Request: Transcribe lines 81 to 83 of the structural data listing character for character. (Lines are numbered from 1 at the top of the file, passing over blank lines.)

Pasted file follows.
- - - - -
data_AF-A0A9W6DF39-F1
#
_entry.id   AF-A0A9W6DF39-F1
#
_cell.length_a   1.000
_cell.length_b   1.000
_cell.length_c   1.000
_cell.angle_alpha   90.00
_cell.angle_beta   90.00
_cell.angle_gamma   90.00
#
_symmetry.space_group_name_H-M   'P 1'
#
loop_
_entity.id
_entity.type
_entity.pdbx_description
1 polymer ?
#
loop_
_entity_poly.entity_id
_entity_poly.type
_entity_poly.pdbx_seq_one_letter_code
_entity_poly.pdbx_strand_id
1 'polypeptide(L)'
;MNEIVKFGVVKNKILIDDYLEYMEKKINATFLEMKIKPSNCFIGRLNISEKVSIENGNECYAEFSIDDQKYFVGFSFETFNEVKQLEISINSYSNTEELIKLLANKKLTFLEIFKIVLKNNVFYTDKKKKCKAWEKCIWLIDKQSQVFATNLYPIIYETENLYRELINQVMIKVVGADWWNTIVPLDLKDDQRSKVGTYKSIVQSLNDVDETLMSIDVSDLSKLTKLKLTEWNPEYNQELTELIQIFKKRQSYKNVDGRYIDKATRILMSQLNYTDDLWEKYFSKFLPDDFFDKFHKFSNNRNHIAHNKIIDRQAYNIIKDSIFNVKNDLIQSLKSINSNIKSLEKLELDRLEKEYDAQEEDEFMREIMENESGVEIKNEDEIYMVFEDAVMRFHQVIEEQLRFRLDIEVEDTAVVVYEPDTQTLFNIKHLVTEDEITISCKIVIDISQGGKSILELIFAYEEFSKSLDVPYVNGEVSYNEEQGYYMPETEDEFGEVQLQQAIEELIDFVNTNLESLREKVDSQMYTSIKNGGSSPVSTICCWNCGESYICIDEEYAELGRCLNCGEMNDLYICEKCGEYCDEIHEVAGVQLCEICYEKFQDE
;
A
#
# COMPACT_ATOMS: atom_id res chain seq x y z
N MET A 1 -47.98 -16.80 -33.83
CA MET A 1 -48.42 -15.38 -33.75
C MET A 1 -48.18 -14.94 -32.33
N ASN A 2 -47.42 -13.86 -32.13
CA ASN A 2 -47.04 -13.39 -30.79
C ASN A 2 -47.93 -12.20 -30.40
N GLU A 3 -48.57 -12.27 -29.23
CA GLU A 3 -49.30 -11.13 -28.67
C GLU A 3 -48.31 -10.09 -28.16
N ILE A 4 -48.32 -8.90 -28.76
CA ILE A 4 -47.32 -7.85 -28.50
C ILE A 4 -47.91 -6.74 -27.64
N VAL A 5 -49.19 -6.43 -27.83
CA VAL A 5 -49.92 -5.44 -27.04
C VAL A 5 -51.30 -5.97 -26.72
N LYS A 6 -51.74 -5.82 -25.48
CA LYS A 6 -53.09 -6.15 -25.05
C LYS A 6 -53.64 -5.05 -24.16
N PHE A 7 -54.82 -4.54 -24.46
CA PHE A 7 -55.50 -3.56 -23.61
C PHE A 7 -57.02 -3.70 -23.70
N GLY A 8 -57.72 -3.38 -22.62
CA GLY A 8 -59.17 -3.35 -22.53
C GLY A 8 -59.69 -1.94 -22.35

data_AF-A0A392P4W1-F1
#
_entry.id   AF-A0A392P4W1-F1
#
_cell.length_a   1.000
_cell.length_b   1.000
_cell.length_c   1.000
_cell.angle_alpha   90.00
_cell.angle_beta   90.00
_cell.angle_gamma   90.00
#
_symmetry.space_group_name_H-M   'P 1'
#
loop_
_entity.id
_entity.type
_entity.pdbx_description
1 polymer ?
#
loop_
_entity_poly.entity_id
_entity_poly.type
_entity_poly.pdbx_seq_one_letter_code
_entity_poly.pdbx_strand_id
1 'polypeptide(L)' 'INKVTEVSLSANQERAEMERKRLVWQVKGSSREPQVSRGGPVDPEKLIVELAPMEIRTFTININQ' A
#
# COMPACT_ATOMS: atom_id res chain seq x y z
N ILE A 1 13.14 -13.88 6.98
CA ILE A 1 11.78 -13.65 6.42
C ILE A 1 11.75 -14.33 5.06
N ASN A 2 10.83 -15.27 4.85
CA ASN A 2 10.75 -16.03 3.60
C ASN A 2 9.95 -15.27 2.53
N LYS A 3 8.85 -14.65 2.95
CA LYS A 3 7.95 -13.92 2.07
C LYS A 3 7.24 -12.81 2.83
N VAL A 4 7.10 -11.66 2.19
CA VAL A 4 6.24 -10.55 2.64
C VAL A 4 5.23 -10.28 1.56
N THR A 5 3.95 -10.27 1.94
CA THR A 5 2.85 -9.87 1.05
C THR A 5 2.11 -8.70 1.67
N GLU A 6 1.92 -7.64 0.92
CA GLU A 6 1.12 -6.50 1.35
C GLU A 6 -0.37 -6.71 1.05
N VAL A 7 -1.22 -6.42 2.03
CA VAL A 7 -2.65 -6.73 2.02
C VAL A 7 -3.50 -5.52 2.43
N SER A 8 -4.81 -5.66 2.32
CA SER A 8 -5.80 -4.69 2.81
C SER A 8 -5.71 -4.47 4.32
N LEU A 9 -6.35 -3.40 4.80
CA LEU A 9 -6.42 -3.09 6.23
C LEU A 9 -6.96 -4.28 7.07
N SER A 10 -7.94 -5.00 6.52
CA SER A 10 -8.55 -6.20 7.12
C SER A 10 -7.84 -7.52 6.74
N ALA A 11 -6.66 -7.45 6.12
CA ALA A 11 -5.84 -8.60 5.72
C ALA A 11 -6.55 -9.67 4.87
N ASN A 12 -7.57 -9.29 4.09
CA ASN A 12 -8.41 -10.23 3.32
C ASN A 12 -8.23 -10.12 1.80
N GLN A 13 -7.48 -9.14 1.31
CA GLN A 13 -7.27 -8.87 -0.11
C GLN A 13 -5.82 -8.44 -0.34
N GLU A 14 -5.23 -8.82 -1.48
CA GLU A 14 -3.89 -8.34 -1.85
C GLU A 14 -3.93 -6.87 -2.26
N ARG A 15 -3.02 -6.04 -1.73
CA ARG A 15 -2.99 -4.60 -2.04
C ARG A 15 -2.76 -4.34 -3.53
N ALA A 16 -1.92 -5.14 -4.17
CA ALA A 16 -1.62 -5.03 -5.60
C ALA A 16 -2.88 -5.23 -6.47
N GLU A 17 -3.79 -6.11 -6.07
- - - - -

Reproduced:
# COMPACT_ATOMS: atom_id res chain seq x y z
N ILE A 1 13.14 -13.88 6.98
CA ILE A 1 11.78 -13.65 6.42